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Sharing personal tragedy with the 'world stage'

The memories and legacy of Jeffrey Dingle live on long after his passing


Jeffrey Dingle was one of about 75 people who started the morning of Sept. 11, 2001, at a conference in one of the country’s most famous and highest-grossing restaurants — Windows on the World, located on the 106th and 107th floors of the World Trade Center 1, the north tower.

The West Hempstead native, who had been living with his wife and two children in the Bronx at that time, was an employee of the network solutions company Encompys. Jeffrey, 32, usually worked out of midtown, but that day, he found himself at a meeting of the Risk Waters Financial Technology Congress. Everyone who attended that conference, along with 16 Risk Water employees and some 73 restaurant staff members died after American Airlines Flight 11 crashed into the north tower at 8:46 a.m.

Several weeks before Jeffrey died, he and his wife, Dr. Nichole Braithwaite-Dingle, had renewed their vows in celebration of 10 years of marriage. Jeffrey had taken his wife’s wedding ring — without her knowledge — to be refitted with a new diamond. After the Sept. 11 attack, “she kept telling all of us that he must come home because he’s the only one who knew where the ring was, where the jeweler was, and that he was going to bring back her wedding ring,” said Jeffrey’s older brother, Derrick Dingle. “In the days shortly after, she was keeping hope that … maybe he ended up in a hospital or disoriented or something.”

But in time the flame of hope was extinguished and everyone would have to accept that Jeffrey was not coming home. Luckily for Nichole, she was able to find the jeweler’s receipt and get her ring back.

Although Jeffrey is gone, his memory lives on through his relatives, his children and his friends. It also continues to live through his legacy as an outstanding football player: Jeffrey was the All-American running back for West Hempstead High School in the mid-1980s. He was runner-up for the Thorpe Award in 1985 and went on to play the sport at Villanova University, where he is still listed as number 10 on the all-time leading rusher list.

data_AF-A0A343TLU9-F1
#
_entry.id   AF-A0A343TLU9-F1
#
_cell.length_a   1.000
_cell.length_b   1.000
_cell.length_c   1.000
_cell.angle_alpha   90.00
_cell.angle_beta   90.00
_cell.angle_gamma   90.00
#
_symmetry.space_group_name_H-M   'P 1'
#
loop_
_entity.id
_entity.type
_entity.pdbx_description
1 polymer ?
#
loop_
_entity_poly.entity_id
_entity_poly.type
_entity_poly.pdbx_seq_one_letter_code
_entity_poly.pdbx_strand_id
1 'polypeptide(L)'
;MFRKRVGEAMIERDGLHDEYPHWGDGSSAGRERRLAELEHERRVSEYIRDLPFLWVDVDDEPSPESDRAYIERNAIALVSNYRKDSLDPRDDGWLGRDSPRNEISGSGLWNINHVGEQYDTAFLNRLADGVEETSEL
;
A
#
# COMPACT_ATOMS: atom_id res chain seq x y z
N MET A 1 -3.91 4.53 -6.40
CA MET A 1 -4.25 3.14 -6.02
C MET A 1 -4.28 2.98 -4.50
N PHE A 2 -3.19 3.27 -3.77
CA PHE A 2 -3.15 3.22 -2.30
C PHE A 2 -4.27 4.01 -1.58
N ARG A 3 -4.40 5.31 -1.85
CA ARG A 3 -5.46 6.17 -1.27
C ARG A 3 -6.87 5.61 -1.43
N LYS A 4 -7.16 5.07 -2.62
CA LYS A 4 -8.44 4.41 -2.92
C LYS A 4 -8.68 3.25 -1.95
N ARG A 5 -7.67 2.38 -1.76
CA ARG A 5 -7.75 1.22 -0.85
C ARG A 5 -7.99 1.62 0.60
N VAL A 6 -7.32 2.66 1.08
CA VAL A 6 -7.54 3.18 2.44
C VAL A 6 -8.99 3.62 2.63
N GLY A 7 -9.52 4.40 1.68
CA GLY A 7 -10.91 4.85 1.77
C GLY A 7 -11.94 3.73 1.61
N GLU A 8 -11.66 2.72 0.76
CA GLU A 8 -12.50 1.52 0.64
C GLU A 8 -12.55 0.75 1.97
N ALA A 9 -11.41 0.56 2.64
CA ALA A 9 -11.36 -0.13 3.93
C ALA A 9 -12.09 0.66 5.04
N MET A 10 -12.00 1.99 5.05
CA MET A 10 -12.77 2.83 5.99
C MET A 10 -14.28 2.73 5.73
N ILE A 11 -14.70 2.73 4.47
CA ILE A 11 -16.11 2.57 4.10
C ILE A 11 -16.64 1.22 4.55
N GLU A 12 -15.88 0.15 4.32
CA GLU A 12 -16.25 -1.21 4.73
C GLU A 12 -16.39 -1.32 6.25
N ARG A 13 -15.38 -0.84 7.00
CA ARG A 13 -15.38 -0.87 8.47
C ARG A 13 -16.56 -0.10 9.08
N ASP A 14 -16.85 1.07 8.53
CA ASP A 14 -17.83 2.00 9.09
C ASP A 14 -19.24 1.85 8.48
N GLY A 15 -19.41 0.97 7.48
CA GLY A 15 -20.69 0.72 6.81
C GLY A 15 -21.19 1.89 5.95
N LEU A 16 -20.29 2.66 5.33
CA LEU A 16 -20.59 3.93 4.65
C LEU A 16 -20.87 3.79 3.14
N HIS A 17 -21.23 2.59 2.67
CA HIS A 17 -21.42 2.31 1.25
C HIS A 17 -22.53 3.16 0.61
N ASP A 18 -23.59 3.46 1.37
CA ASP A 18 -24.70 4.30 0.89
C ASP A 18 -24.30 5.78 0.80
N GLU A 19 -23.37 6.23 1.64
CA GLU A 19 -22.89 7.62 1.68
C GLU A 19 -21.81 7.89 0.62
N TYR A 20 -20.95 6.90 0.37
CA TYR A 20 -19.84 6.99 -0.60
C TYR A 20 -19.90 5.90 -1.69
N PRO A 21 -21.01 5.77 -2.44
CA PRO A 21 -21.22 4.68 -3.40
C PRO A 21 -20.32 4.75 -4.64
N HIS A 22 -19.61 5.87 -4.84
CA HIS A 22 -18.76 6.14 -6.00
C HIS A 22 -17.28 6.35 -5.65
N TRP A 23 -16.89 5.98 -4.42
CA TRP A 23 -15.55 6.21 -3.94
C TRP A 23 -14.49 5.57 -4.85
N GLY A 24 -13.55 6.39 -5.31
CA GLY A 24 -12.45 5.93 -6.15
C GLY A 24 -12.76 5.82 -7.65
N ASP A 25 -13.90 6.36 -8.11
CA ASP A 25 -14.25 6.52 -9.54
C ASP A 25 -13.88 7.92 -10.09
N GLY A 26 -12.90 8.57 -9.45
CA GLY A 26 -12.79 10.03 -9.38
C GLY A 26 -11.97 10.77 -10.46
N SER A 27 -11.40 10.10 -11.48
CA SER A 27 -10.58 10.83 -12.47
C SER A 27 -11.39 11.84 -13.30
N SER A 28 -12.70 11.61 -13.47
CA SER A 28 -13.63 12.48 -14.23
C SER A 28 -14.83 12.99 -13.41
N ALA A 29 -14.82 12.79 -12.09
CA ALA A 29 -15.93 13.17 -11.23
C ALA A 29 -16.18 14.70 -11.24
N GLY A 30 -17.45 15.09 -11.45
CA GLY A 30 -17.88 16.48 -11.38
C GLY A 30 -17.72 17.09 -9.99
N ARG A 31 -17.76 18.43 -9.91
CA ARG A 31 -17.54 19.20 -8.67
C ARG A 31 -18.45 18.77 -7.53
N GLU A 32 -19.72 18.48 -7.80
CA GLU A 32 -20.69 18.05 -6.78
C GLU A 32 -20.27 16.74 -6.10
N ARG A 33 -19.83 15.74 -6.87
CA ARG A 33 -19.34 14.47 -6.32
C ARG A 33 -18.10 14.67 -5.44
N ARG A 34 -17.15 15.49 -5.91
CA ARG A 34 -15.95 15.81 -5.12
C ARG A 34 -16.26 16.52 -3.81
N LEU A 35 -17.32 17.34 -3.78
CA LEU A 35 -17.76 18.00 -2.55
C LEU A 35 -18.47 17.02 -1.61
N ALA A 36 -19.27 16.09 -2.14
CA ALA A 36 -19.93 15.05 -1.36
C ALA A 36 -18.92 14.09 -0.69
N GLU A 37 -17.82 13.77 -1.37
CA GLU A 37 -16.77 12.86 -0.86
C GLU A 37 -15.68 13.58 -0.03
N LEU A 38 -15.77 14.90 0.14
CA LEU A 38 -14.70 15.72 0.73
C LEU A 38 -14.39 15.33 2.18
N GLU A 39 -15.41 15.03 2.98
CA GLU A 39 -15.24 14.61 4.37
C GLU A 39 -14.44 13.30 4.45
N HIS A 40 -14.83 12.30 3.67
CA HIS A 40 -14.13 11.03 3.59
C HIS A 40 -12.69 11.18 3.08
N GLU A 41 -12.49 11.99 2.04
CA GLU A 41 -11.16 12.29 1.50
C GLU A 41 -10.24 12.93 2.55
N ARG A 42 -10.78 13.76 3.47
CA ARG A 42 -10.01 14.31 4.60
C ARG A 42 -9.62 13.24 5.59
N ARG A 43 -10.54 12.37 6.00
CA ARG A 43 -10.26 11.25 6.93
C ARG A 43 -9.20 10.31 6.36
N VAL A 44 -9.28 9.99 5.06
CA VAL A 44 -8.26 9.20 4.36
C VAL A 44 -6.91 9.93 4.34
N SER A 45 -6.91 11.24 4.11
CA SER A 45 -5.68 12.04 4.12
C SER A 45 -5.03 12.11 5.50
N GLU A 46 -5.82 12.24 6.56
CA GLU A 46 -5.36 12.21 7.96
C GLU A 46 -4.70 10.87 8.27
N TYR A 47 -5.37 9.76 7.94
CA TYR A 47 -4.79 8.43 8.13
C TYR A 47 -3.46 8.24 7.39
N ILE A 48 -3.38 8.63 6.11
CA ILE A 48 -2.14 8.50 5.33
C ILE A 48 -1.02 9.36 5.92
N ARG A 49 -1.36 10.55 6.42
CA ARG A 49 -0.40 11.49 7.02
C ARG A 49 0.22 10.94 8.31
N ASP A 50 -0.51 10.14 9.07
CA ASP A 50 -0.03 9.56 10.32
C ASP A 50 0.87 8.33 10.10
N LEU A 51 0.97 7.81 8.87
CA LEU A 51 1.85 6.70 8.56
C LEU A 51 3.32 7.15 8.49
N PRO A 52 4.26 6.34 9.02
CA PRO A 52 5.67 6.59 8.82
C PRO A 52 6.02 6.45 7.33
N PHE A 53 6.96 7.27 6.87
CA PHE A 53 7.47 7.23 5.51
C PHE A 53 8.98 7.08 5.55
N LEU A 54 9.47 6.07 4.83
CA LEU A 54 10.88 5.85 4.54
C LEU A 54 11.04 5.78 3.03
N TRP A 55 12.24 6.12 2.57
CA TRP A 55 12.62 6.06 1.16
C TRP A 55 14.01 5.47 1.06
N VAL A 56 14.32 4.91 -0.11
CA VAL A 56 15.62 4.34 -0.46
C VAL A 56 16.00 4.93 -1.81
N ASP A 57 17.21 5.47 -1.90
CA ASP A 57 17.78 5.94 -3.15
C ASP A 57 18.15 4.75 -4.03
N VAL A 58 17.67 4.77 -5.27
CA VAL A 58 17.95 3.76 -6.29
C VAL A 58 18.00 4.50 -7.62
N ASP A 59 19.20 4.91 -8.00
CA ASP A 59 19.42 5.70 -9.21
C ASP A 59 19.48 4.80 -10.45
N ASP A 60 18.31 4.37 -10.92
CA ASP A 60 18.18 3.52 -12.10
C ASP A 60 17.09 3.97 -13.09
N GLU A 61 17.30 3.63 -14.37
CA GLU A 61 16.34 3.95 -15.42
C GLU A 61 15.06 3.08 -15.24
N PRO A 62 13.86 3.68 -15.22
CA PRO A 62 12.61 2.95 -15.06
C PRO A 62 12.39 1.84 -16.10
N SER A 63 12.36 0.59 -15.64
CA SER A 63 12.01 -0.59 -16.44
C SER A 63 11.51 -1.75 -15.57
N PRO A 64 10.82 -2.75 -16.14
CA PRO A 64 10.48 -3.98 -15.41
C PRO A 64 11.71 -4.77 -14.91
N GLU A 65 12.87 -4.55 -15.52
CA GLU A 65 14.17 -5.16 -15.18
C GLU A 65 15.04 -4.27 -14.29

In an article published in the Philadelphia Inquirer on Feb. 12, 1986, staff writer Chuck Newman noted that Villanova’s then-coach Andy Talley looked to bulk up the running back position by adding Jeffrey, who he described as a 5-foot-9-inch tall, 175-pound rusher. Newman went on to write that at West Hempstead High School, Jeffrey “gained 1,045 yards on 137 carries (7.6) and scored nine touchdowns … and was the most valuable player in the Nassau County senior all-star game.”

But Jeffrey’s brother remembers him as more than a fantastic athlete; he remembers him as a devoted husband and a loving father, brother and friend.

“His smile, his personality, his interest in people” were some of Jeffrey’s qualities that stood out, according to Dingle. “He wanted to engage and know people, he had an infectious personality, one that was very engaging. He lit up any room that he was in, but was also very giving — the type of person that gives you the shirt off his back.”

Dingle said he was “amazed” to learn of the impact his brother had on the lives of strangers. Several hundred people turned out for the memorial service Jeffrey’s family held in his honor at a golf course in the Bronx where he had loved to play. “We felt it was fitting,” Dingle said of the location. “There was a great outpouring of love from people from all over the country.”

Jeffrey’s remains were never found.

As the world commemorated the 10th anniversary of the Sept. 11 attacks earlier this month, the Dingle family experienced it as though as it was yesterday. “It was a tragedy that was deeply personal to our family,” Dingle said, “but it was something that you have to share with the world stage.”

There are constant reminders, he added, that keep the memory “very fresh and alive.” It’s important to the Dingle family to keep that memory alive for Jeffrey’s son, Jassiem, who was 9 years old when his father was killed, and daughter, Nia, who was 3.

According to his uncle, Jassiem, now a 19-year-old student at the University of Southern California, often says, “Sept. 11 is an opportunity for the world to mourn, but we live with this each and every day.”